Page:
• Longitudinal survey. This type of survey research lasts for an extended period of time. Respondents’ behaviors and preferences are continuously observed and recorded over time to discover reasons behind a change in habits or attitudes and whether changes occur regularly or not. Longitudinal surveys are either qualitative or quantitative.

What are the common types of surveys?

What Should I Ask in a Survey?

Depending on the purpose of the survey, you should prepare questions relevant to your research and ensure that they are logically arranged. Multiple-choice questions are ideal for surveys that rely more on customer preferences than the reasons behind them. On the other hand, you can ask open-ended questions to get more details about survey responses. 

Understanding your target market is vital so you can design a questionnaire that can get insights about your chosen topic. To avoid neutral responses, you can use survey questions like Net Promoter Score (NPS), where respondents are asked how likely they are to recommend the product or service; Likert scale, where respondents indicate their level of agreement to a statement; or semantic scale, where respondents are asked to rate a product or service using a multi-point rating system represented by opposite adjectives at each end.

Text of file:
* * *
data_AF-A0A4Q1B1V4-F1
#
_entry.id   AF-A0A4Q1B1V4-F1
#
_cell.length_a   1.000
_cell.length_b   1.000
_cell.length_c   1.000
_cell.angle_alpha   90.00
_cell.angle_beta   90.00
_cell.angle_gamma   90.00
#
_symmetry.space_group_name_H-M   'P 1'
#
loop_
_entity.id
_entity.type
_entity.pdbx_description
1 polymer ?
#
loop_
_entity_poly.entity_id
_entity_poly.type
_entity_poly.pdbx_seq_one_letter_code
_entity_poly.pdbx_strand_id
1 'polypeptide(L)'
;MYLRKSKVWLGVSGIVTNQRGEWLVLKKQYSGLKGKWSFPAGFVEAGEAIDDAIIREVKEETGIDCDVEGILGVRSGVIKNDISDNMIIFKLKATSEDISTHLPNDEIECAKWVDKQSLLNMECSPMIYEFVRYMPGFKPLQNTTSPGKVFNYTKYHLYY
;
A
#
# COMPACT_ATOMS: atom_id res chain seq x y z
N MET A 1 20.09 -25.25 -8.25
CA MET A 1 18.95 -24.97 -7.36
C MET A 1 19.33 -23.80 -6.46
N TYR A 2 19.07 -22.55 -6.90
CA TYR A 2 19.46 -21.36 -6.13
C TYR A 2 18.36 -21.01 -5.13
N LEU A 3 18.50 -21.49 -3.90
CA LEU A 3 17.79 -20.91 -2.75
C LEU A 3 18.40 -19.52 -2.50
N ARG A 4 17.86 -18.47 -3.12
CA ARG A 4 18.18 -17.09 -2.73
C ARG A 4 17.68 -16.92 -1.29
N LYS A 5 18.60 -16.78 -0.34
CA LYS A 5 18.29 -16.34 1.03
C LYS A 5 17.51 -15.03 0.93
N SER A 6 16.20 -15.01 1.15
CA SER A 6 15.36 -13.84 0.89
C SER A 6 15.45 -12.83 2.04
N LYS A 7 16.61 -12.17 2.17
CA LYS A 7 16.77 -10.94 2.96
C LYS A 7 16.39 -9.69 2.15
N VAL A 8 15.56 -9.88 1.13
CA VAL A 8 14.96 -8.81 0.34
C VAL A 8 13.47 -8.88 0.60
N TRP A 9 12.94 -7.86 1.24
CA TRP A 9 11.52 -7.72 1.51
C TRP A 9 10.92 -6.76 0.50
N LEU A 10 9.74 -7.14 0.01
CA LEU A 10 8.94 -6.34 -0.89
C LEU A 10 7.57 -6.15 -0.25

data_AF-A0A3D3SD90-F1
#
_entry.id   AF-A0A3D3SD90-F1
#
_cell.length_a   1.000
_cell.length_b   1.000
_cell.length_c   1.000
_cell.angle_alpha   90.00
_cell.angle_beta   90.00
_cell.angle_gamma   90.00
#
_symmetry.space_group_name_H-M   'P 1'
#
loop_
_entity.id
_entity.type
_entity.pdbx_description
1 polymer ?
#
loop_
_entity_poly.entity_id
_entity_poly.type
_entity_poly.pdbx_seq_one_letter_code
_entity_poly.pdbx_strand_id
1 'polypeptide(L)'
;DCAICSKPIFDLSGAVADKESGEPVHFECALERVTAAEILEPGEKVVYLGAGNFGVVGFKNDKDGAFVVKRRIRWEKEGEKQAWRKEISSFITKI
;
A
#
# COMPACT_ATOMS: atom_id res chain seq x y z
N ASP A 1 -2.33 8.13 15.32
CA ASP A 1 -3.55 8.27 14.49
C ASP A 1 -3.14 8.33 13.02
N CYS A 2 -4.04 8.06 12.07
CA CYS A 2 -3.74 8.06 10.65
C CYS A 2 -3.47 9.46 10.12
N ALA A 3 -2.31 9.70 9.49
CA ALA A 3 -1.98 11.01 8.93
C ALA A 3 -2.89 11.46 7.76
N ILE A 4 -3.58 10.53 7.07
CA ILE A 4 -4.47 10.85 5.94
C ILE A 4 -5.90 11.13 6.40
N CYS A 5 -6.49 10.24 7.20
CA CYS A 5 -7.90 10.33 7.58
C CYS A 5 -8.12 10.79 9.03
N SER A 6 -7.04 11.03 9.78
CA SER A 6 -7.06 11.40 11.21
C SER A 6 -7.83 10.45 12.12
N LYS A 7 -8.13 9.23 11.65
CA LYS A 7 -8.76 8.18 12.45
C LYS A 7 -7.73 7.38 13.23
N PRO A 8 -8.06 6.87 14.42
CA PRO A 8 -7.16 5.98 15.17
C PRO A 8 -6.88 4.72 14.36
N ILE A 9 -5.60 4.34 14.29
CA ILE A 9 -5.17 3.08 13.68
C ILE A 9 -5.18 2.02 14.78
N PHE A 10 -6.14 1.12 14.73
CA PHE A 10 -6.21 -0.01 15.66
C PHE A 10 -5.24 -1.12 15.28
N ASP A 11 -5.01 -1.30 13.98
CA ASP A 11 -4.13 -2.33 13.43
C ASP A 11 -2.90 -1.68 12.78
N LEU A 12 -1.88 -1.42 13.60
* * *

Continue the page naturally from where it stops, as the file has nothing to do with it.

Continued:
What are the Disadvantages of a Survey?

Although a common and relatively simple option for gathering feedback, surveys aren’t a one-size-fits-all solution. It may not be ideal in all situations, and below are some of the reasons why. 

  • Surveys follow a rigid structure. Creating a survey questionnaire means accounting for all possible responses so you won’t miss out on data. Missing a vital question can mean also missing out on valuable information. There’s no opportunity to modify survey questionnaires once they are sent to respondents. 
  • They’re not suitable for controversial topics. Questions about controversial issues may not be answered accurately in a survey because it can be hard to recall information related to them. For sensitive topics, face-to-face interactions are ideal so that follow-up and related questions can be asked.